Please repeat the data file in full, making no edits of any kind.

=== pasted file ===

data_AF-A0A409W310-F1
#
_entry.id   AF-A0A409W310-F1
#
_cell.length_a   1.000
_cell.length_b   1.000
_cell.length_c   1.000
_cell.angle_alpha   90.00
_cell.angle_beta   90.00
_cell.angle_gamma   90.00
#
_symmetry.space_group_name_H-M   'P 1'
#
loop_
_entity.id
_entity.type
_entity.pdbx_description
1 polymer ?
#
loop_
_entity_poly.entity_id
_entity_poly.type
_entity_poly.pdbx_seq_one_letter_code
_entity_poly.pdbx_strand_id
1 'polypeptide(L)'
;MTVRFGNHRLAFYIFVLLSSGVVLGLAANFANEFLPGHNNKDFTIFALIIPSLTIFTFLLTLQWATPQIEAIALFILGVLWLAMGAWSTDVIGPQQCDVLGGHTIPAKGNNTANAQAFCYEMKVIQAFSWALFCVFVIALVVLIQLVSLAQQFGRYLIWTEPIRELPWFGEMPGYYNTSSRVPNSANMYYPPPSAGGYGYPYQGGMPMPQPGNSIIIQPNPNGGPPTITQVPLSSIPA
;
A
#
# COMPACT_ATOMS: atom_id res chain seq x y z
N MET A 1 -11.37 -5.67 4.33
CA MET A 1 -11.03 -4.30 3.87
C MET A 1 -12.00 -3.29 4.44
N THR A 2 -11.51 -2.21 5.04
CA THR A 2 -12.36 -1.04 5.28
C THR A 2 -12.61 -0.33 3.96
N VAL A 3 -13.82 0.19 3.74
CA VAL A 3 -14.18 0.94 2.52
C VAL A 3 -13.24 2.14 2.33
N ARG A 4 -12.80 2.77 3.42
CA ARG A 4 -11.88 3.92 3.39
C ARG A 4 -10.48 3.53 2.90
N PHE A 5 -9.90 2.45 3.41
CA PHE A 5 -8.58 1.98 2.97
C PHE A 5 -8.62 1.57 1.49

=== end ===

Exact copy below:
data_AF-A0A409W310-F1
#
_entry.id   AF-A0A409W310-F1
#
_cell.length_a   1.000
_cell.length_b   1.000
_cell.length_c   1.000
_cell.angle_alpha   90.00
_cell.angle_beta   90.00
_cell.angle_gamma   90.00
#
_symmetry.space_group_name_H-M   'P 1'
#
loop_
_entity.id
_entity.type
_entity.pdbx_description
1 polymer ?
#
loop_
_entity_poly.entity_id
_entity_poly.type
_entity_poly.pdbx_seq_one_letter_code
_entity_poly.pdbx_strand_id
1 'polypeptide(L)'
;MTVRFGNHRLAFYIFVLLSSGVVLGLAANFANEFLPGHNNKDFTIFALIIPSLTIFTFLLTLQWATPQIEAIALFILGVLWLAMGAWSTDVIGPQQCDVLGGHTIPAKGNNTANAQAFCYEMKVIQAFSWALFCVFVIALVVLIQLVSLAQQFGRYLIWTEPIRELPWFGEMPGYYNTSSRVPNSANMYYPPPSAGGYGYPYQGGMPMPQPGNSIIIQPNPNGGPPTITQVPLSSIPA
;
A
#
# COMPACT_ATOMS: atom_id res chain seq x y z
N MET A 1 -11.37 -5.67 4.33
CA MET A 1 -11.03 -4.30 3.87
C MET A 1 -12.00 -3.29 4.44
N THR A 2 -11.51 -2.21 5.04
CA THR A 2 -12.36 -1.04 5.28
C THR A 2 -12.61 -0.33 3.96
N VAL A 3 -13.82 0.19 3.74
CA VAL A 3 -14.18 0.94 2.52
C VAL A 3 -13.24 2.14 2.33
N ARG A 4 -12.80 2.77 3.42
CA ARG A 4 -11.88 3.92 3.39
C ARG A 4 -10.48 3.53 2.90
N PHE A 5 -9.90 2.45 3.41
CA PHE A 5 -8.58 1.98 2.97
C PHE A 5 -8.62 1.57 1.49